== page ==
0
  • JackNaylorPE
    Quote:
    Though the memory controller's slightly higher base voltage should allow it to support even higher signal voltage, we will recommend keeping the memory under 1.55V until we've seen adequate proof of appropriateness for a higher stopping point.


    Intel's certified XMP RAM compatibility list.

    http://www.intel.com/content/dam/www/public/us/en/documents/datasheets/xmp-memory-for-intel-core-processors-datasheet.xlsx

    384 kits of DDR3 rated at 1.65 volts on Intel's officially certified compatibility list
    074 kits of DDR3 rated at 1.60 volts on Intel's officially certified compatibility list
    2
  • clonazepam
    I literally just watched this video before seeing the article - https://www.youtube.com/watch?v=frNjT5R5XI4 (Is It Time To Upgrade Your Core i5 2500K?)
    0
  • Phuntasm
    Quote:
    I hate when people do benchmark in system which only 100 people have in this world. be realistic.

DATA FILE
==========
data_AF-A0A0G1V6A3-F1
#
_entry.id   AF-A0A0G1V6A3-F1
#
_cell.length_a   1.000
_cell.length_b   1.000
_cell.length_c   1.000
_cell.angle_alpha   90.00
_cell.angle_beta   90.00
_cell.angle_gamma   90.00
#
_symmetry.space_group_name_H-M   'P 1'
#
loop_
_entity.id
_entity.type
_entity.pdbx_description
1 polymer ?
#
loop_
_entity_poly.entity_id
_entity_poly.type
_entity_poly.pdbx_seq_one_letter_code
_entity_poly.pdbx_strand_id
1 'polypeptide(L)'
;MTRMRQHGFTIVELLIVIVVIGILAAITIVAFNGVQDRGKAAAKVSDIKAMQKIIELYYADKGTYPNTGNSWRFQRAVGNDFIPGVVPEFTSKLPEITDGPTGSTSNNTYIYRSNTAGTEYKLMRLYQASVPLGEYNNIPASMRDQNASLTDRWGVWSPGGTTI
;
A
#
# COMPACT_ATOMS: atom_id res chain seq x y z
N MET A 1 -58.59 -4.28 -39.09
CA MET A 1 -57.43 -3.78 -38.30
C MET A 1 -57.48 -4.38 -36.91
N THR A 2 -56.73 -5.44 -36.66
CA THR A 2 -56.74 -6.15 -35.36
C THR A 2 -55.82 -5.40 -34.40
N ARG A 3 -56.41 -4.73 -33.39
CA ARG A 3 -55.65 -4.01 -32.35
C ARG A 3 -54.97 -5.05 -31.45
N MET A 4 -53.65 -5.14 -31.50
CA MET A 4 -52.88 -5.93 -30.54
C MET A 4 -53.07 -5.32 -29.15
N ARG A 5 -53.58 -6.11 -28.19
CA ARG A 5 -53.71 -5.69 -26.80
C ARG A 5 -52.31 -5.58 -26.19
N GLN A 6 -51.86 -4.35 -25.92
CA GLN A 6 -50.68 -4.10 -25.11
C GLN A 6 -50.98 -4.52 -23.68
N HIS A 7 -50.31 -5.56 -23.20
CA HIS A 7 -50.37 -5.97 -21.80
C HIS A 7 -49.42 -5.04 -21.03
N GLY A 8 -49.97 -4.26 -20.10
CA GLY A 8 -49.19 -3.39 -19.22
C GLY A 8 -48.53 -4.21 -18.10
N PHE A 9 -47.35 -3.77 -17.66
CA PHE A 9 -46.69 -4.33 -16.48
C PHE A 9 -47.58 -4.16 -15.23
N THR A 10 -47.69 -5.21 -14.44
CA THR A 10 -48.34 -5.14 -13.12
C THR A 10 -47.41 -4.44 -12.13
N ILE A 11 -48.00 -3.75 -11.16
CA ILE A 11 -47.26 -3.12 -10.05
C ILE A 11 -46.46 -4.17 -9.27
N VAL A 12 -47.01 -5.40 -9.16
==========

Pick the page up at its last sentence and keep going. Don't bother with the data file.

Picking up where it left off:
What?
    0
  • Phuntasm
    Quote:
    We saw this same thing when DDR3 came out. "Is Core 2 better with DDR3?" We saw DDR3 come out at 1066, when DDR2 was just reaching 1066 and even 1200. And no, DDR3 wasn't any faster. As a matter of fact, it was slightly slower. However, DDR3 was able to stretch on and get faster than DDR2 would ever have been able to do.

    It doesn't really matter. DDR4 is needed for the future. We need a point where people start adopting it. That point is now. The platform is this one.

    So, stop griping about it.

    Why this one? By the time DDR4 outpaces DDR3 by a significant enough margin, we'll want to be replacing the platform. It took years for DDR3 to run away from DDR2. Until such a time, a cost-conscious buyer could save some cash on DDR3.
    3
  • hr_guy
    Good grief. And people wonder about the decline of the "True PC" in favor of inferior all in one consoles or chrome books. When advanced users struggle with relative superiority of components what chance in $#$@ do you have of getting the mainstream to move?!
    0
  • joex444